This article has multiple issues. Please help improve it or discuss these issues on the talk page. (Learn how and when to remove these template messages)(Learn how and when to remove this template message)
A Totten trust (also referred to as a "Payable on Death" account) is a form of trust in the United States in which one party (the settlor or "grantor" of the trust) places money in a bank account or security with instructions that upon the settlor's death, whatever is in that account will pass to a named beneficiary. For example, a Totten trust arises when a bank account is titled in the form "[depositor], in trust for [beneficiary]".
The name is derived from Matter of Totten, 179 N.Y. 112 (1904), the case decided by the New York Court of Appeals which established the legality of this practice. Although this method of creating a trust did not meet the formal requirements of trust creation, or the testamentary formalities required to make a valid will, the Court noted that such an arrangement typically involved a small amount of money left by a person of modest means, who could not otherwise afford to establish a legal mechanism for passing the specified property. For this reason, the device is sometimes called a "poor man's will". The funds in question are not subject to probate and, if held in a bank account, are insured in the same manner as any deposit. The beneficiary has no access to the account until the depositor's death and need not be notified that the account exists. This is also called a tentative trust because it is contingent upon the death of the settlor or creator of the trust account.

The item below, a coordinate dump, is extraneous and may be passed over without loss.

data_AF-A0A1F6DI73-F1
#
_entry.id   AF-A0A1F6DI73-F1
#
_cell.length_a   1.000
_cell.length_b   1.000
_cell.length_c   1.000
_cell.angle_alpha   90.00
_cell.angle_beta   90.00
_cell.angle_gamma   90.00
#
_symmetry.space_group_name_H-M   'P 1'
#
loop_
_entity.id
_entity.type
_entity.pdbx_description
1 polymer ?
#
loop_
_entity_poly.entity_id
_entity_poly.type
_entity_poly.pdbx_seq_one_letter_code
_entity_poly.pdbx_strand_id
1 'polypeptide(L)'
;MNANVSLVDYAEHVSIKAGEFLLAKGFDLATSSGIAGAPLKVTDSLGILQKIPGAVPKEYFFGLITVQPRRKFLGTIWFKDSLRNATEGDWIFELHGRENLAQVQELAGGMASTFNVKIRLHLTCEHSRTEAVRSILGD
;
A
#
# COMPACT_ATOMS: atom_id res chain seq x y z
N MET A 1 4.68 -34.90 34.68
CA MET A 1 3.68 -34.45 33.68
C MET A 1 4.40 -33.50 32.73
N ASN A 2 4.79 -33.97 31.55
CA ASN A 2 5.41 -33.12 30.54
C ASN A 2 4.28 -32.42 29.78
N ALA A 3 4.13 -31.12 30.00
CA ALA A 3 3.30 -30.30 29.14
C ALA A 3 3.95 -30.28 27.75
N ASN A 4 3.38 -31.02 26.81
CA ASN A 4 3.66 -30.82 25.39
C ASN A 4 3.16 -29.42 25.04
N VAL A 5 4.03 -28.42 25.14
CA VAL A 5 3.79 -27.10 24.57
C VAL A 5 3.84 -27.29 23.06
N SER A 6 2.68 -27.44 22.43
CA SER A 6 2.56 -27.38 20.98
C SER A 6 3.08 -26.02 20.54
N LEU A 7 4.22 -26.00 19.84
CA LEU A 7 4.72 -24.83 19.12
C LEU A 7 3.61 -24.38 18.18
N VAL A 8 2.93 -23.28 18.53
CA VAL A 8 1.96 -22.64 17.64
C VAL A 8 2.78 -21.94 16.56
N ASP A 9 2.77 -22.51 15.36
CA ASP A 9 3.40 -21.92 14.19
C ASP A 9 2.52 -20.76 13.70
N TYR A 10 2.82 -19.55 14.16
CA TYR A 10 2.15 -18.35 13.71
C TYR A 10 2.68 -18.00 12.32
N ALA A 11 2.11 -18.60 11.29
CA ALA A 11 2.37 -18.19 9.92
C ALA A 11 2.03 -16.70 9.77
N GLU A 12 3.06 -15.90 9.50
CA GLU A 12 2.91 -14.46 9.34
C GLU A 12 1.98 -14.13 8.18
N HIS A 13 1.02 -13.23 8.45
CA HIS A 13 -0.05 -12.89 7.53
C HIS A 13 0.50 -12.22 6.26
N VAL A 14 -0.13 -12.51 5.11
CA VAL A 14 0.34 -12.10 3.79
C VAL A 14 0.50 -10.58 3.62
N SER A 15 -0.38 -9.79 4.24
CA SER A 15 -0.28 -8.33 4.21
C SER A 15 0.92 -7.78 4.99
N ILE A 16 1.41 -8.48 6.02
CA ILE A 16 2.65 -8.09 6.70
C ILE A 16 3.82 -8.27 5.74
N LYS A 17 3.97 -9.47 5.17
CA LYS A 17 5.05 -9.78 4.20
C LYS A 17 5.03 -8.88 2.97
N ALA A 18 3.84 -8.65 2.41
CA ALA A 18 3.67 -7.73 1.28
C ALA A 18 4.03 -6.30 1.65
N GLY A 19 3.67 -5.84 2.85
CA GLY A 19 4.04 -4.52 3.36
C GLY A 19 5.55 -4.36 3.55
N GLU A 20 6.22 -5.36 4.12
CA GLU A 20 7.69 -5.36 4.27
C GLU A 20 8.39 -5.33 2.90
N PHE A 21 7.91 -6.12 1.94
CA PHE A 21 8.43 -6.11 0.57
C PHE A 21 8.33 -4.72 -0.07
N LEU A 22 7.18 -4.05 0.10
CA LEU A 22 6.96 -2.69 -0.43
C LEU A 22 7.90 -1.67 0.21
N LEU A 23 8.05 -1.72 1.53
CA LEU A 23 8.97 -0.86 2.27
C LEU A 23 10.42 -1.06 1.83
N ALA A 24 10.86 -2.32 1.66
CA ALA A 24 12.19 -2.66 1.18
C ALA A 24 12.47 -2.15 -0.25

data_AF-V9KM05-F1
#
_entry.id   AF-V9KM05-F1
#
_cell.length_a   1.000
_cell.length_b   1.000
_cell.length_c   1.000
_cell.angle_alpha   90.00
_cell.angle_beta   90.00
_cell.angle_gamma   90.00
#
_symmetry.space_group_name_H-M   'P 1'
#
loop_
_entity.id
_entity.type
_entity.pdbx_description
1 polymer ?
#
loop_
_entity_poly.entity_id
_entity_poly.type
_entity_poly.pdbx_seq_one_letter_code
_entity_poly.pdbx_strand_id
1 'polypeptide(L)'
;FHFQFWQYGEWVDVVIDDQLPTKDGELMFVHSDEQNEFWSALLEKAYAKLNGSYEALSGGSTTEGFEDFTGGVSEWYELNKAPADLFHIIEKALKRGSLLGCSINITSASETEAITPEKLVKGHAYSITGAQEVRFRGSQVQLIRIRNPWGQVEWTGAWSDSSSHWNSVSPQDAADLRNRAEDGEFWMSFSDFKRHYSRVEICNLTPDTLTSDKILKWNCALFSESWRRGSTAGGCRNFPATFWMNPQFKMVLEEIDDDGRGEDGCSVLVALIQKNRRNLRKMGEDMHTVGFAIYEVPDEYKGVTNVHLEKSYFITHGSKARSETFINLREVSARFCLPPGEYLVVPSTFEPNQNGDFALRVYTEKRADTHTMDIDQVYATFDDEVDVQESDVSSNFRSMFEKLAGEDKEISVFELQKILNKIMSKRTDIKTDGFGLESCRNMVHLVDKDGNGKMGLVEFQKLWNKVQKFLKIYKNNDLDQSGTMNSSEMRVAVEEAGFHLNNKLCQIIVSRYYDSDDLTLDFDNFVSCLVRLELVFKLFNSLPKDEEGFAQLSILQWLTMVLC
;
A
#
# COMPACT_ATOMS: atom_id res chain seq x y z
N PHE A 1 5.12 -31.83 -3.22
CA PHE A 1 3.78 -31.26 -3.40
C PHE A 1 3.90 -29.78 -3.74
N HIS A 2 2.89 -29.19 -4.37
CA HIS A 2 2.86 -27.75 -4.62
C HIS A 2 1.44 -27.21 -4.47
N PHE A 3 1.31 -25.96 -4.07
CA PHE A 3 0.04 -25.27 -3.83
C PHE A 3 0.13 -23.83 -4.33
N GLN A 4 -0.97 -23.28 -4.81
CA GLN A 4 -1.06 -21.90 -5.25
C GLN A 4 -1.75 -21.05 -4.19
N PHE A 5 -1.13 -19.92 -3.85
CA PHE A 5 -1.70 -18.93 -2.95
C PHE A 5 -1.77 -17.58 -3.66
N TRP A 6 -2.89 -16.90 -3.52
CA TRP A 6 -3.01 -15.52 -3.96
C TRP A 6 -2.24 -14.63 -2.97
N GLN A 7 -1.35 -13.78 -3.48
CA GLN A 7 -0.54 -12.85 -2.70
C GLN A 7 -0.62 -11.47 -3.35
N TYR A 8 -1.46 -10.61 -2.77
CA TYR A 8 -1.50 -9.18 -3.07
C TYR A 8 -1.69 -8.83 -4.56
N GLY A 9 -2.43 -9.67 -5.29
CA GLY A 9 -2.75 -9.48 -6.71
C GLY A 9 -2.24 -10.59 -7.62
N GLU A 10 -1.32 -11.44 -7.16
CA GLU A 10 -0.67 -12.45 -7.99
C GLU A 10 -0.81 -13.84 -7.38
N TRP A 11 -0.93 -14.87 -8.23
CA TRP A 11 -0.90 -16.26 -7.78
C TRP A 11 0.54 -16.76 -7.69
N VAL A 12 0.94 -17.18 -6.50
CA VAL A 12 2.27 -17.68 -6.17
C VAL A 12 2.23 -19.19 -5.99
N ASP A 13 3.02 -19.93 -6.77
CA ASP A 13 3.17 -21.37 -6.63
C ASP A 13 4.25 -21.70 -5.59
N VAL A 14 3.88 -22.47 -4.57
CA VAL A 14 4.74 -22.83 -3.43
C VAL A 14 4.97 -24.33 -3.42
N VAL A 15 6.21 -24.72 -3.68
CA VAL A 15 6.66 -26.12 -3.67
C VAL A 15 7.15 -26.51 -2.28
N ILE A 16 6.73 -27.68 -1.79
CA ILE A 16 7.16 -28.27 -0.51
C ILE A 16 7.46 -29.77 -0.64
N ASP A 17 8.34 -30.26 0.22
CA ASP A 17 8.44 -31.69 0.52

Totten trusts todayEdit
Most U.S. states now recognize the validity of Totten trusts. The Restatement 3d of Trusts (Section 26) and the Restatement 3d of Property (Section 7.1 comment i) also recognize its validity. Such a device can be revoked at any time by the settlor, either by closing the account or by executing a will which disposes of the property in the account. The funds in the account can be reached by the creditors of the settlor during the settlor's life. If the intended beneficiary predeceases the settlor, then the gift will lapse, and will generally not be saved by an anti-lapse statute.
A Totten Trust is classified as a "testamentary substitute" because it avoids the need for the assets held in the account to go through probate.
Totten trusts can be created only with certain types of depository accounts or securities; in particular they can not be used to convey real property.
More generally, Totten trusts are sometimes described as "Arrangements for deposit accounts."